Death Angel – Killing Season Is In

Thursday, 28th March 2013

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As a band that has always existed on the periphery of the thrash scene, San Francisco’s Death Angel have enjoyed a stop-start career that took them to unprecedented heights when they were teenagers to unfathomable depths after a disastrous bus crash in late 1989 derailed the band’s once-promising career. Bonded by a natural bloodline (four of them are cousins), DA’s quick ascension to the top of the thrash heap was fueled by their undeniable chemistry and their penchant for stepping outside of the restrictive thrash boundaries.

DA’s early albums Frolic Through the Park and The Ultra-Violence were far from the ordinary thrash albums coming out during the mid-80’s. A heady mixture of razor-sharp punk and speed metal, Death Angel gradually morphed into a melodic, song-oriented fixture the time of their 1990 album, Act III hit the shelves. Said album was mini-plateau for the band, as it received a major label release on Geffen and had production duties handled by Max Norman of Ozzy and Megadeth fame.

Their reunion for the Thrash of the Titans benefit show in 2001 sparked a full-blown revival, leading to their excellent 2004 album, The Art of Dying. By no means was this a rehash of the past, instead DA trimmed things down and went for the gusto with quick daggers of fun thrash and punk anthems that was universally lauded by critics and fans alike. Now, after a few years of touring and extensive songwriting, DA returns with Killing Season, set to be released in late February via Nuclear Blast.

Killing Season is the quintessential DA album – cut-throat, seething (check out singer Mark Osegueda’s laced diatribes), melodic, and accessible, with highlights ranging from album opener “Lord of Hate,” “Dethroned” (which sounds oddly like Guns ‘n’ Roses’ “You Could Be Mine), the war-inspired “Soulless” and “Buried Alive.” Wrapped up ever-so nicely in hot-shot producer Nick Raskulenicz’s (Rush, Foo Fighers) vibrant and ripping production job, Killing Season is well on its way to becoming one of the year’s breakout albums.

Lead guitarist Rob Cavesteny phoned in from his Bay Area to chat with Blistering and seriously, could this guy be any nicer? Here’s how it went down… The Art of Dying came out in ’04 and now Killing Season is coming out in late February. Why such the break in between albums?

Rob Cavesteny: Once again in typical Death Angel fashion, things happen in a fast, inadvertent fashion and it ‘had to be’ before we did anything else. You have to remember we did about one year of touring for the album and spent most of 2006-2007 writing the new album. We also did some festivals along the way, but yeah, we ducked out of doing things full-throttle since things were clashing with our real lives. Three DA kids were born in that time span – those were pre-planned – it was not planned for DA to balance out the situation with other things. Was the chemistry there when you got back together?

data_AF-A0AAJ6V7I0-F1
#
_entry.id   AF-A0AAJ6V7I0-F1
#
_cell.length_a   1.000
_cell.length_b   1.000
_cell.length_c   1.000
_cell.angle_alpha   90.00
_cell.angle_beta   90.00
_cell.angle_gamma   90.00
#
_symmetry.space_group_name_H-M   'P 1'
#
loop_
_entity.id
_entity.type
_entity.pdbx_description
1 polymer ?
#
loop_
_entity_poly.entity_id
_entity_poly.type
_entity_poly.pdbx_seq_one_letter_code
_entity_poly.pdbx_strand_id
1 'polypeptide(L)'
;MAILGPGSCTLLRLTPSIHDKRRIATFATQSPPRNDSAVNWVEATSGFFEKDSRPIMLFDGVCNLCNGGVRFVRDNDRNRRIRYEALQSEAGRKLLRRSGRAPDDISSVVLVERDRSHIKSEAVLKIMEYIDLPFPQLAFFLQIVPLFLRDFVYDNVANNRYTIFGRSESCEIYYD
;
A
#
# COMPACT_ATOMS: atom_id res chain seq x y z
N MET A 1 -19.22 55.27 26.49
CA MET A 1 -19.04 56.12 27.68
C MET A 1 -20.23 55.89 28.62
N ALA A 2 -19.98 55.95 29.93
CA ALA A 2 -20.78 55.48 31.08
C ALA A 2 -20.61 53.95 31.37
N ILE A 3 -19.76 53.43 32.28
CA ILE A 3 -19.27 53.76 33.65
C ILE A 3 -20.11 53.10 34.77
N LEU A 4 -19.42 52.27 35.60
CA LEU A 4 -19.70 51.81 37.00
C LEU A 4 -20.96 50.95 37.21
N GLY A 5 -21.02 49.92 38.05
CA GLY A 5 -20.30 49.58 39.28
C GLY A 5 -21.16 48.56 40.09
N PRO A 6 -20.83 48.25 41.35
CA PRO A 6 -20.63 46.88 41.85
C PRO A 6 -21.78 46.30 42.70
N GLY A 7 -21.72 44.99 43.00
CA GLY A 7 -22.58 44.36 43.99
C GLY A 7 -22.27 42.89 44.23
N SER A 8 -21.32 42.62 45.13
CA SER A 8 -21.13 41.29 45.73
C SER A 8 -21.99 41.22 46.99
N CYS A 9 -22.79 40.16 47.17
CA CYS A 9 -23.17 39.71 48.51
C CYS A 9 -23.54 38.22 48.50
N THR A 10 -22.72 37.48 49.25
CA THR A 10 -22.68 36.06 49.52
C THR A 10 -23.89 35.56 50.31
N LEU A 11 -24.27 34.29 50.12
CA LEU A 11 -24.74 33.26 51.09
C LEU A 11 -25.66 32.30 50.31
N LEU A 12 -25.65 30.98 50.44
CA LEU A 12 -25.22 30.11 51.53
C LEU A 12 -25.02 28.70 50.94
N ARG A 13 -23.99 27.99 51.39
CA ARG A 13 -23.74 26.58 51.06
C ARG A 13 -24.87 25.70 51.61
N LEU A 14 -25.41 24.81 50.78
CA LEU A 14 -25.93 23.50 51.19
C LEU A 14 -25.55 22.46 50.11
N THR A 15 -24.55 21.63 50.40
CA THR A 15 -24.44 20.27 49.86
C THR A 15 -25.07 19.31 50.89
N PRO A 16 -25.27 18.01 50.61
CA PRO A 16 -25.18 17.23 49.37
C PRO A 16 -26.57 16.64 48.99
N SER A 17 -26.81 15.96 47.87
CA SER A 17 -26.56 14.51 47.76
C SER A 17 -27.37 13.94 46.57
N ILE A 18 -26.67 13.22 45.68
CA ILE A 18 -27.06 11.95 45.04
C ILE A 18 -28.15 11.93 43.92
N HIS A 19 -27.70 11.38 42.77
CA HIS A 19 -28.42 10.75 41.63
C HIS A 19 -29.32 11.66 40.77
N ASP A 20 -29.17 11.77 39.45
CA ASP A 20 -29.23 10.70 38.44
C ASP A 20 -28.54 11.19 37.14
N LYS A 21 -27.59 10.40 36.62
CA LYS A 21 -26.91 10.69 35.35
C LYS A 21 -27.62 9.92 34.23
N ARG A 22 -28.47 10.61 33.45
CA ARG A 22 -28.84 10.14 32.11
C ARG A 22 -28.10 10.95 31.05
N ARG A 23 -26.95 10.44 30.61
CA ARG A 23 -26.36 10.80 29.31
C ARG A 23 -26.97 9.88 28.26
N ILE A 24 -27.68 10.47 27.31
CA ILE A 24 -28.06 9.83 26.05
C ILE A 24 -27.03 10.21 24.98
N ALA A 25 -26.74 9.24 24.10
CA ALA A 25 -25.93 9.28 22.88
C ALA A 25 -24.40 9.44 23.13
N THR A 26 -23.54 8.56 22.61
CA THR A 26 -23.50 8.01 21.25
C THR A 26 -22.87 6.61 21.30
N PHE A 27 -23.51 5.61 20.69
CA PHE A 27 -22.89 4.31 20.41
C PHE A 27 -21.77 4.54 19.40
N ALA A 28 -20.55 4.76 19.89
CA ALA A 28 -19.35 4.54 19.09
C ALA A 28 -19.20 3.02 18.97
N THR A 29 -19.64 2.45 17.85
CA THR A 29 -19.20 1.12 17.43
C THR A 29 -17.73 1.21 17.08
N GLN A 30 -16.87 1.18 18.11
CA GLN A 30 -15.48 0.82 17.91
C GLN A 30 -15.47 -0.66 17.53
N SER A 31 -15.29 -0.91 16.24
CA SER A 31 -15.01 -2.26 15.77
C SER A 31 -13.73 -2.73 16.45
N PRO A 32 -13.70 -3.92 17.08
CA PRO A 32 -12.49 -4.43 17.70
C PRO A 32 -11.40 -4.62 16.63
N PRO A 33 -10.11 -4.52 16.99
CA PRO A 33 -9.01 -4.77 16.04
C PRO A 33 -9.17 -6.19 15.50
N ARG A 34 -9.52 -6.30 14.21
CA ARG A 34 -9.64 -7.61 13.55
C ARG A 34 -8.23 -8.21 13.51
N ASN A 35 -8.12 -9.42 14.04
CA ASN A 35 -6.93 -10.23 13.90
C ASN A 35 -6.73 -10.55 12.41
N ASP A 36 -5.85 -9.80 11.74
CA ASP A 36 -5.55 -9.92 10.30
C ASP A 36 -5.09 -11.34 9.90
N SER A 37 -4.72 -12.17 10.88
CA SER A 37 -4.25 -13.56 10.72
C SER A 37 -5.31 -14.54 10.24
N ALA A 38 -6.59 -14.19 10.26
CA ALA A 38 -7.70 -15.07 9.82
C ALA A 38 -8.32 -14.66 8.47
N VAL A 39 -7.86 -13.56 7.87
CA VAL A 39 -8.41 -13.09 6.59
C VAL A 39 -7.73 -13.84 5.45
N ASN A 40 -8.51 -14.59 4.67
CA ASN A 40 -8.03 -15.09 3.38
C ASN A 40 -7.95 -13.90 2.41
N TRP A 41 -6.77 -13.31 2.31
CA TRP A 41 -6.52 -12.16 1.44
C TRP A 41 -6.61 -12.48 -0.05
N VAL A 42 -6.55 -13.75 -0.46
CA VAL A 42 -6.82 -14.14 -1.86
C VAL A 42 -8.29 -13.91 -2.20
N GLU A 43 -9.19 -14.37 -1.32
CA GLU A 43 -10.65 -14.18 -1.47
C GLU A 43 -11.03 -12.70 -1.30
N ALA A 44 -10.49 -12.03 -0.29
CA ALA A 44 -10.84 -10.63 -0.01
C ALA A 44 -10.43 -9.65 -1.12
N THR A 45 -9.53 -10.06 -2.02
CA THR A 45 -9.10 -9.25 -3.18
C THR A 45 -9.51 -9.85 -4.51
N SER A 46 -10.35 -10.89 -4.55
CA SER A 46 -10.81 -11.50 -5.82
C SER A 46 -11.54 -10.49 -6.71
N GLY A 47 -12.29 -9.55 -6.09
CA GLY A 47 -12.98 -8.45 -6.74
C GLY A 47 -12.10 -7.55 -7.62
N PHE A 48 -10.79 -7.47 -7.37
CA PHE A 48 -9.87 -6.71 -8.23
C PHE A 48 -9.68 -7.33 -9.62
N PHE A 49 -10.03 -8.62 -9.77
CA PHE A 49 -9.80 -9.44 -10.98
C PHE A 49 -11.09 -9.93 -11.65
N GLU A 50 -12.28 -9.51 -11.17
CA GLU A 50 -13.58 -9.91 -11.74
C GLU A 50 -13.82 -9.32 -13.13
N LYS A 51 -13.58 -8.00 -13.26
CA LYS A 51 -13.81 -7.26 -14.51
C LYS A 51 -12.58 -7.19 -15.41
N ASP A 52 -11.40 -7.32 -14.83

Cavesteny: It was strange at first, I will admit. It was a bit of rediscovery along the way. It was odd – we had to figure out what worked and work out the new music, but it got around to us feeling confident and the ideas were flowing and everything was kick ass. Nick Raskulenicz seems to have added a new element to your sound. What was it like working with him?

Cavesteny: It was insanely awesome! It was probably the best recording experience I’ve ever had. He knows all the latest technologies, has superior engineering and mixing skills, plus the vibe felt like he was an old friend. He was the right person to work with us, definitely. Was it anything along the lines of when you worked with Max Norman on Act III?

Cavesteny: Working with Max was insane, but Nick took us to a higher level. There is a certain professionalism to both of them, but we were way younger, in our 20’s when we were working with Max. Plus, Max knew who we were, but wasn’t a fan and Nick has been fan going all the way back to The Ultra-Violence. One of the things that jumps out immediately upon hearing the record is how it’s more melodic, yet not in a trendy or happy way.

Cavesteny: Right. It’s melodically well-done. We didn’t go overboard, but it’s definitely part of what we were going for. We just worked on everything a lot more. We spent hours just driving yourself to try different ideas and be open to new ideas. There was a collaborating going on where one guy would come up with an idea with someone and then the cool shit would start to come out. We actually ended up with a lot of left-over material, so we had to pick the 11 best songs.

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